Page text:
6th Regiment, Royal Horse Artillery

6th Regiment, Royal Horse Artillery was a Regiment of the Royal Horse Artillery that acted as a training formation during World War II. It was the last RHA unit to serve in India between December 1945 and April 1947, before being redesignated as 6th Field Regiment, Royal Artillery in Palestine in 1948.

F Brigade, RHA
VI Brigade, RHA
6th Regiment, RHA
Active19 February 1862 – 14 April 1877
1 March 1901 – 1 October 1914
October 1919 – 8 January 1920
1 November 1940 – 1948
Country United Kingdom
Branch British Army

The regiment had an earlier incarnation as F Brigade, RHA, formed from the 2nd Brigade of the Bengal Horse Artillery in 1862 before being broken up in 1877. It was reestablished in 1901 as VI Brigade,[a] RHA but was broken up at the outbreak of World War I as its constituent batteries were posted to other formations.

History edit

F Brigade, RHA edit

The Bengal Army of the Honourable East India Company formed its first battery of Horse Artillery, the Experimental Brigade, Bengal Horse Artillery on 4 December 1800 (still in existence as F Battery, RHA).[3] By the time the Indian Rebellion of 1857 broke out, the Bengal Horse Artillery had grown to 13 batteries, organized as three brigades. Four of these batteries were manned by sepoys (native Indian soldiers) and two mutinied: 4th Troop, 1st Brigade at Neemuch and 4th Troop, 3rd Brigade at Multan. All four batteries were promptly reformed as European units.[4]

As a result of the Rebellion, the British Crown took direct control of India from the East India Company on 1 November 1858 under the provisions of the Government of India Act 1858. The Presidency armies transferred to the direct authority of the British Crown and its European units were transferred to the British Army. Henceforth artillery, the mutineers most effective arm, was to be the sole preserve of the British Army (with the exception of certain Mountain Artillery batteries). On 19 February 1862, the Bengal Horse Artillery transferred to the Royal Artillery as its 2nd and 5th Horse Brigades.[b] On transfer, 5th Horse Brigade, Royal Artillery comprised:[4]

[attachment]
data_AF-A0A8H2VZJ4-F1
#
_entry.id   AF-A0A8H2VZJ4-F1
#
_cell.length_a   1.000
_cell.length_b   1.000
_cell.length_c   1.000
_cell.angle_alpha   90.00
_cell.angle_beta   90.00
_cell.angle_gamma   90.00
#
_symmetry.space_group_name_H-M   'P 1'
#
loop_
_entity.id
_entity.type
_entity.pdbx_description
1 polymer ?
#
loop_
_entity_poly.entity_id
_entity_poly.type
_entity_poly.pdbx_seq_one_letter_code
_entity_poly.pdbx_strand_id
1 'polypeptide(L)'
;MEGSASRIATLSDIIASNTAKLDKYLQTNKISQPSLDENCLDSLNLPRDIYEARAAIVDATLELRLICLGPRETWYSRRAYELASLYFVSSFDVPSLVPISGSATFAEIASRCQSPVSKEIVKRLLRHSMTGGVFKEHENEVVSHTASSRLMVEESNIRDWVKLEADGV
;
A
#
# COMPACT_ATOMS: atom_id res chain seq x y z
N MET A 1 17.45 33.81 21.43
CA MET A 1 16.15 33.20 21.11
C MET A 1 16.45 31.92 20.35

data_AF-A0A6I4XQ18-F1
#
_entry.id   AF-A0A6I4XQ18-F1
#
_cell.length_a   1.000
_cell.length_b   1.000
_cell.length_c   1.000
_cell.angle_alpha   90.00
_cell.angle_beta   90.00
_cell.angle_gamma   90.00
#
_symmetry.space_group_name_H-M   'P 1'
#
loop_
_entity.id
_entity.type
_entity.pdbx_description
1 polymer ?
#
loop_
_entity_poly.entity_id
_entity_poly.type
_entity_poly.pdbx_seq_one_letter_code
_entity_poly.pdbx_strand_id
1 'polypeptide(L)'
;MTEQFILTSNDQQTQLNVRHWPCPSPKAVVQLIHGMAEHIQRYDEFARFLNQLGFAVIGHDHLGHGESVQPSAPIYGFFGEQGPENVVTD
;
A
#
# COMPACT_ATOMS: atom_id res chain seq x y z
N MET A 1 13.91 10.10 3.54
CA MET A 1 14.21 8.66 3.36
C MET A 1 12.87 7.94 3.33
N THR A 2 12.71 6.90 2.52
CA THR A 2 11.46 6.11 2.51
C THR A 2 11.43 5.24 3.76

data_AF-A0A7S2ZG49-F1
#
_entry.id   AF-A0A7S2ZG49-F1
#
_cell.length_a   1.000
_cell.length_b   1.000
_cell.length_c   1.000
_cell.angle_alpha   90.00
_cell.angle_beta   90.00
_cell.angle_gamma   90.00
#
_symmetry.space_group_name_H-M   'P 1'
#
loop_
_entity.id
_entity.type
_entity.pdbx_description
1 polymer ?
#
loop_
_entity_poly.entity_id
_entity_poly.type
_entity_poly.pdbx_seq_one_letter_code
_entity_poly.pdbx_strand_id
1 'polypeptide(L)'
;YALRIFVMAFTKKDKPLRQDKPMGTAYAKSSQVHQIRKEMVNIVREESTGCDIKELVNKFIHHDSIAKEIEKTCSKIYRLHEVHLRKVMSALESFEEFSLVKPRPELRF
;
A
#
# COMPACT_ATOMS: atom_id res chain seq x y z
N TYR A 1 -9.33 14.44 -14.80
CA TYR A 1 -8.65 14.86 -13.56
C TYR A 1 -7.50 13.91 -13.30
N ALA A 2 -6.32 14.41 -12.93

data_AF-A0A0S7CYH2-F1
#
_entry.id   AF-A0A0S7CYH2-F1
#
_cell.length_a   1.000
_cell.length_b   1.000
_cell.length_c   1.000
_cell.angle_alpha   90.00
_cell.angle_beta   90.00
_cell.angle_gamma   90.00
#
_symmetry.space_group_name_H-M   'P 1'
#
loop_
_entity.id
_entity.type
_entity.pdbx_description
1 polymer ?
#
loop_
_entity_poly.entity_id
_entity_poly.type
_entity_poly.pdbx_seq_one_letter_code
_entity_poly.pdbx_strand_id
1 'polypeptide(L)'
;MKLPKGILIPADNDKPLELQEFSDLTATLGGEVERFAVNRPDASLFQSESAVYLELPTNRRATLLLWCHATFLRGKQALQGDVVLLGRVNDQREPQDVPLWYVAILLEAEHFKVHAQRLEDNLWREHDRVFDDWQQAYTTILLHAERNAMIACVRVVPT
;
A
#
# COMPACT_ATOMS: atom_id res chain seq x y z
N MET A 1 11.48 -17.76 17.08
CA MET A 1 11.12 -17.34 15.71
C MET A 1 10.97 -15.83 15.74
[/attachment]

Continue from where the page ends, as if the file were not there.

• A Battery, 5th Horse Brigade (A/5) - formerly 1st Troop, 2nd Brigade Bengal Horse Artillery[c] at Rawalpindi
  • B Battery, 5th Horse Brigade (B/5) - formerly 2nd Troop, 2nd Brigade Bengal Horse Artillery[d] at Meerut
  • C Battery, 5th Horse Brigade (C/5) - formerly 3rd Troop, 2nd Brigade Bengal Horse Artillery[e] at Ambala
  • D Battery, 5th Horse Brigade (D/5) - formerly 4th Troop, 2nd Brigade Bengal Horse Artillery[f] at Mian Mir
  • E Battery, 5th Horse Brigade (E/5) - formerly 3rd Troop, 3rd Brigade Bengal Horse Artillery[g] at Mian Mir
  • F Battery, 5th Horse Brigade (F/5) - formerly 4th Troop, 3rd Brigade Bengal Horse Artillery[h] at Ambala

The 1st Brigade with 10 batteries was much larger than the other four (with four to seven batteries each). A reorganization of the Horse Artillery on 13 April 1864 saw 1st Brigade split as A and B Brigades, 2nd Brigade become C Brigade, 3rd become D Brigade, 4th become E Brigade, and 5th become F Horse Brigade, Royal Artillery.[11] As battery designations were tied to the brigade the battery was assigned to, the batteries were also redesignated. The new designations were in order of seniority. F Horse Brigade, RA now comprised:[12]

  • A Battery, F Horse Brigade (A/F) - formerly A/5 Battery[c] at Ambala
  • B Battery, F Horse Brigade (B/F) - formerly B/5 Battery[d] at Peshawar
  • C Battery, F Horse Brigade (C/F) - formerly C/5 Battery[e] at Ambala
  • D Battery, F Horse Brigade (D/F) - formerly E/5 Battery[g] at Peshawar
  • E Battery, F Horse Brigade (E/F) - formerly D/5 Battery[f] at Mian Mir
  • F Battery, F Horse Brigade (F/F) - formerly F/5 Battery[h] at Sialkot

From 1866, the term "Royal Horse Artillery" appeared in Army List[13] hence the brigade was designated F Brigade, Royal Horse Artillery from about this time. Another reorganization on 14 April 1877 saw the number of brigades reduced to three (of 10 batteries each) and F Brigade was broken up. Its batteries were mostly transferred to C Brigade and redesignated again, for example, A/F Battery becoming F Battery, C Brigade.[14]